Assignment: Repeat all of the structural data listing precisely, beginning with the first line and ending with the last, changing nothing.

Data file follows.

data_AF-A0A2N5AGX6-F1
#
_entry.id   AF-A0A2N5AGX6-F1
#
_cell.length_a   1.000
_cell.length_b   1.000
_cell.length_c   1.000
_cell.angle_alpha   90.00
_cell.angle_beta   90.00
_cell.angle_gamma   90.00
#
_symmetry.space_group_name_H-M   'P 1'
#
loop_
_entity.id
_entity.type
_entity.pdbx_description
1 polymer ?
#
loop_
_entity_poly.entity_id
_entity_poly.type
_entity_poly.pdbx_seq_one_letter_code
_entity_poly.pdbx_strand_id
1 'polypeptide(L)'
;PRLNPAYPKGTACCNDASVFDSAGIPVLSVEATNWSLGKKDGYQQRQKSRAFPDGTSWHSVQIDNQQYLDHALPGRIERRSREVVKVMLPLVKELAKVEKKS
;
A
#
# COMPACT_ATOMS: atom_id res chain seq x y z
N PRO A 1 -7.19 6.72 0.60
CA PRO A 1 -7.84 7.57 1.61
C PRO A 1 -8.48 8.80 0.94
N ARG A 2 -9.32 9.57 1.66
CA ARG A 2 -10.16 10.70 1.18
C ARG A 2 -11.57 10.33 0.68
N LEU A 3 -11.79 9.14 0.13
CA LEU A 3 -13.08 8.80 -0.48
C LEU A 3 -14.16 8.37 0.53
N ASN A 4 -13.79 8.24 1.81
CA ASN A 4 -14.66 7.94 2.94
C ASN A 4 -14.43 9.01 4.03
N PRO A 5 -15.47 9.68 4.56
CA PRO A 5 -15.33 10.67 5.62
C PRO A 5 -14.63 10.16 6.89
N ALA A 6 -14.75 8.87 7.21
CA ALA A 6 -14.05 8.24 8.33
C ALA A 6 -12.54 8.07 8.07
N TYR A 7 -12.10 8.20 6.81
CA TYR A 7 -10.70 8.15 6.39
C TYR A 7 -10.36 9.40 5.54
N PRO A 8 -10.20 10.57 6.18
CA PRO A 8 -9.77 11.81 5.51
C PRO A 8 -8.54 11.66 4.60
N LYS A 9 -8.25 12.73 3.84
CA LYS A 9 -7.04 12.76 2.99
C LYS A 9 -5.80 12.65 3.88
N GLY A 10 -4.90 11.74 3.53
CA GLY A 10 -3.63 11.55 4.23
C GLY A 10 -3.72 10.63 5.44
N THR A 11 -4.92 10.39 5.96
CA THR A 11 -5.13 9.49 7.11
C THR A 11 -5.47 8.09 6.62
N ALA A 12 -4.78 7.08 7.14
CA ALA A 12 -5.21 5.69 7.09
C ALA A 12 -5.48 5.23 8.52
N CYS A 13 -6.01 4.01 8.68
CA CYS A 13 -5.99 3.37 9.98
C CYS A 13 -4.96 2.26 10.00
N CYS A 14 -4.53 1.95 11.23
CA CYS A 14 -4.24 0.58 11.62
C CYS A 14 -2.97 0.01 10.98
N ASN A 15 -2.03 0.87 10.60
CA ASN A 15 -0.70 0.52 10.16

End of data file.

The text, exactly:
data_AF-A0A2N5AGX6-F1
#
_entry.id   AF-A0A2N5AGX6-F1
#
_cell.length_a   1.000
_cell.length_b   1.000
_cell.length_c   1.000
_cell.angle_alpha   90.00
_cell.angle_beta   90.00
_cell.angle_gamma   90.00
#
_symmetry.space_group_name_H-M   'P 1'
#
loop_
_entity.id
_entity.type
_entity.pdbx_description
1 polymer ?
#
loop_
_entity_poly.entity_id
_entity_poly.type
_entity_poly.pdbx_seq_one_letter_code
_entity_poly.pdbx_strand_id
1 'polypeptide(L)'
;PRLNPAYPKGTACCNDASVFDSAGIPVLSVEATNWSLGKKDGYQQRQKSRAFPDGTSWHSVQIDNQQYLDHALPGRIERRSREVVKVMLPLVKELAKVEKKS
;
A
#
# COMPACT_ATOMS: atom_id res chain seq x y z
N PRO A 1 -7.19 6.72 0.60
CA PRO A 1 -7.84 7.57 1.61
C PRO A 1 -8.48 8.80 0.94
N ARG A 2 -9.32 9.57 1.66
CA ARG A 2 -10.16 10.70 1.18
C ARG A 2 -11.57 10.33 0.68
N LEU A 3 -11.79 9.14 0.13
CA LEU A 3 -13.08 8.80 -0.48
C LEU A 3 -14.16 8.37 0.53
N ASN A 4 -13.79 8.24 1.81
CA ASN A 4 -14.66 7.94 2.94
C ASN A 4 -14.43 9.01 4.03
N PRO A 5 -15.47 9.68 4.56
CA PRO A 5 -15.33 10.67 5.62
C PRO A 5 -14.63 10.16 6.89
N ALA A 6 -14.75 8.87 7.21
CA ALA A 6 -14.05 8.24 8.33
C ALA A 6 -12.54 8.07 8.07
N TYR A 7 -12.10 8.20 6.81
CA TYR A 7 -10.70 8.15 6.39
C TYR A 7 -10.36 9.40 5.54
N PRO A 8 -10.20 10.57 6.18
CA PRO A 8 -9.77 11.81 5.51
C PRO A 8 -8.54 11.66 4.60
N LYS A 9 -8.25 12.73 3.84
CA LYS A 9 -7.04 12.76 2.99
C LYS A 9 -5.80 12.65 3.88
N GLY A 10 -4.90 11.74 3.53
CA GLY A 10 -3.63 11.55 4.23
C GLY A 10 -3.72 10.63 5.44
N THR A 11 -4.92 10.39 5.96
CA THR A 11 -5.13 9.49 7.11
C THR A 11 -5.47 8.09 6.62
N ALA A 12 -4.78 7.08 7.14
CA ALA A 12 -5.21 5.69 7.09
C ALA A 12 -5.48 5.23 8.52
N CYS A 13 -6.01 4.01 8.68
CA CYS A 13 -5.99 3.37 9.98
C CYS A 13 -4.96 2.26 10.00
N CYS A 14 -4.53 1.95 11.23
CA CYS A 14 -4.24 0.58 11.62
C CYS A 14 -2.97 0.01 10.98
N ASN A 15 -2.03 0.87 10.60
CA ASN A 15 -0.70 0.52 10.16